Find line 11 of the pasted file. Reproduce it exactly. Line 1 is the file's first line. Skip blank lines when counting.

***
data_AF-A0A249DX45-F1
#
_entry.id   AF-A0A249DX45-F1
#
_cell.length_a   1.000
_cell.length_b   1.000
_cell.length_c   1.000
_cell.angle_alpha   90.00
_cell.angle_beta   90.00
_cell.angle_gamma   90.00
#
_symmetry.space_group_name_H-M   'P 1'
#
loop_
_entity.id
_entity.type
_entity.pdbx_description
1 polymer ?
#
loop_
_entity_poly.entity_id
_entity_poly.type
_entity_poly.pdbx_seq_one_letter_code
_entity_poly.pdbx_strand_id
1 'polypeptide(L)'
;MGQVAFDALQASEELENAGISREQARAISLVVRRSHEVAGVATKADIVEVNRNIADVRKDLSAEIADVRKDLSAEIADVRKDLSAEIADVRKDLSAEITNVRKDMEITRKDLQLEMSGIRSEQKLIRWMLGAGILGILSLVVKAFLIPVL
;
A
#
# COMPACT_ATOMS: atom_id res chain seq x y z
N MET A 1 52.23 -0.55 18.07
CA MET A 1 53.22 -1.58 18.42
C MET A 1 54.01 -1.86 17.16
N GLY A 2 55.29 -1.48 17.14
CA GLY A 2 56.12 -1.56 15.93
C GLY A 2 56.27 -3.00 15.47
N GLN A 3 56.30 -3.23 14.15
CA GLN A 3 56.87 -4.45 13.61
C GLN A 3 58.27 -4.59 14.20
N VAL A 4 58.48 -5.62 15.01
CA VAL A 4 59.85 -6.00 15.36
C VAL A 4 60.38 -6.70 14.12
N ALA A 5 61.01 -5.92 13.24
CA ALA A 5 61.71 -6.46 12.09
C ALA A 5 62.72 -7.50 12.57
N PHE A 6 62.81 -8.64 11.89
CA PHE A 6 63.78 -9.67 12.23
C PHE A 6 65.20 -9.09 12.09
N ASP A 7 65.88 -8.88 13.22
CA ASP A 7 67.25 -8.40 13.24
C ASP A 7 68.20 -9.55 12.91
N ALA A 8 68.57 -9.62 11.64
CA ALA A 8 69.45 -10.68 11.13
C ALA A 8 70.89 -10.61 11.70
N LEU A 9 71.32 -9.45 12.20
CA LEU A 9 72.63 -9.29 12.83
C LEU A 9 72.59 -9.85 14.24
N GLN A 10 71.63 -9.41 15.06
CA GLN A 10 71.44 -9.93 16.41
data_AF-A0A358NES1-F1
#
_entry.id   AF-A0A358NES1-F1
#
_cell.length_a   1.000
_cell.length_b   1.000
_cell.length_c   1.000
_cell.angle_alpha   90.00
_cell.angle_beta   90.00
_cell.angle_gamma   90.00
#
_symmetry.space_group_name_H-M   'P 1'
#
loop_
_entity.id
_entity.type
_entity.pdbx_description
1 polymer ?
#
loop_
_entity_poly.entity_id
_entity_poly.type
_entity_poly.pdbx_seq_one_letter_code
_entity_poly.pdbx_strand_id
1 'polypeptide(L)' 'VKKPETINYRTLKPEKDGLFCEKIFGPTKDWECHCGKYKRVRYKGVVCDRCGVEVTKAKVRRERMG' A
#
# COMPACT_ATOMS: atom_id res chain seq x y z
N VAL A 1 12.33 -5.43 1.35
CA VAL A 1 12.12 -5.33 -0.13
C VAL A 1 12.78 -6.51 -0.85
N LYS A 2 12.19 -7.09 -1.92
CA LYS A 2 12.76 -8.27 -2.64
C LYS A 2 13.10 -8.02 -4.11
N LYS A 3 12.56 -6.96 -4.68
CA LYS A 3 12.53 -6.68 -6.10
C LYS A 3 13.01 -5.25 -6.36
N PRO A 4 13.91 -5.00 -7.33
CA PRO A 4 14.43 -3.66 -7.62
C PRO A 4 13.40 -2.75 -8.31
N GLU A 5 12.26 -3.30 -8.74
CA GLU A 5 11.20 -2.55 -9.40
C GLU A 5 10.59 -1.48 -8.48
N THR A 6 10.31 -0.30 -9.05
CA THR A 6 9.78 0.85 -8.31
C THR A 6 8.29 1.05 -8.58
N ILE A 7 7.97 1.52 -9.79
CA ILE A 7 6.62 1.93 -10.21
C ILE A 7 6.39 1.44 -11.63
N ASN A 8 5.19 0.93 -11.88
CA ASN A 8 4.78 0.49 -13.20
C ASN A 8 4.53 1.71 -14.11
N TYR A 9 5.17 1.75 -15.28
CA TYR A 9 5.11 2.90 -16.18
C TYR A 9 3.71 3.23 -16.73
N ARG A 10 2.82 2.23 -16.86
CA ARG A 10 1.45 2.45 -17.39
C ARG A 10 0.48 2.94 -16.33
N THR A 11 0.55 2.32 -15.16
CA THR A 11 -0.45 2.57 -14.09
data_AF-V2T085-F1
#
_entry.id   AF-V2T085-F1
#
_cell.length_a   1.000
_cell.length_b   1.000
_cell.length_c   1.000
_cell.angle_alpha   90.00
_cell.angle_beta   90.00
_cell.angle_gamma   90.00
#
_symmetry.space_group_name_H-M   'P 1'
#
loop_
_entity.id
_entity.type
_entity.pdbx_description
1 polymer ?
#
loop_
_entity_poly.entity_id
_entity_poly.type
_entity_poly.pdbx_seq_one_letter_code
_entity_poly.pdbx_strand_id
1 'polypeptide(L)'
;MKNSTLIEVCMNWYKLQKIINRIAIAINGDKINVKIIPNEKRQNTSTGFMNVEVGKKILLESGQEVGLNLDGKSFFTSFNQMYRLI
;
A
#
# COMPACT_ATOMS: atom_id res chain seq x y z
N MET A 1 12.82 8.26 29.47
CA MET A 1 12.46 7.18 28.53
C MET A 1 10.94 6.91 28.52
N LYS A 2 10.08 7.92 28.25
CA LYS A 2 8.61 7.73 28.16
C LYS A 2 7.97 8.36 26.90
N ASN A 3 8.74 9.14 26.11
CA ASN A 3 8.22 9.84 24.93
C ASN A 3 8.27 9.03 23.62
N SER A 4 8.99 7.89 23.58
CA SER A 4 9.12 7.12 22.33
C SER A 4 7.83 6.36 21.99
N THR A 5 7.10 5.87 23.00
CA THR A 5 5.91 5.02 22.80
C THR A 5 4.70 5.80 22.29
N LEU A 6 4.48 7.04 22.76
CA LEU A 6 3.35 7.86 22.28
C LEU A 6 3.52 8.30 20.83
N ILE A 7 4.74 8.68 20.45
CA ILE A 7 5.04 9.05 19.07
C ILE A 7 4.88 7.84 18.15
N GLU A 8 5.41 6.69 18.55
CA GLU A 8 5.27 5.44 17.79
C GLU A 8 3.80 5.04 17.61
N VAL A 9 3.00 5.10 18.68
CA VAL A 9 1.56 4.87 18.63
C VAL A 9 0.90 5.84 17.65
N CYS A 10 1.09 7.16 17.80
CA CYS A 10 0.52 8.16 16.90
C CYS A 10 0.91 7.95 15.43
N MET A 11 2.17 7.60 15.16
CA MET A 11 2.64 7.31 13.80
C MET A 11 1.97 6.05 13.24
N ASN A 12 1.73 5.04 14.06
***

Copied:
#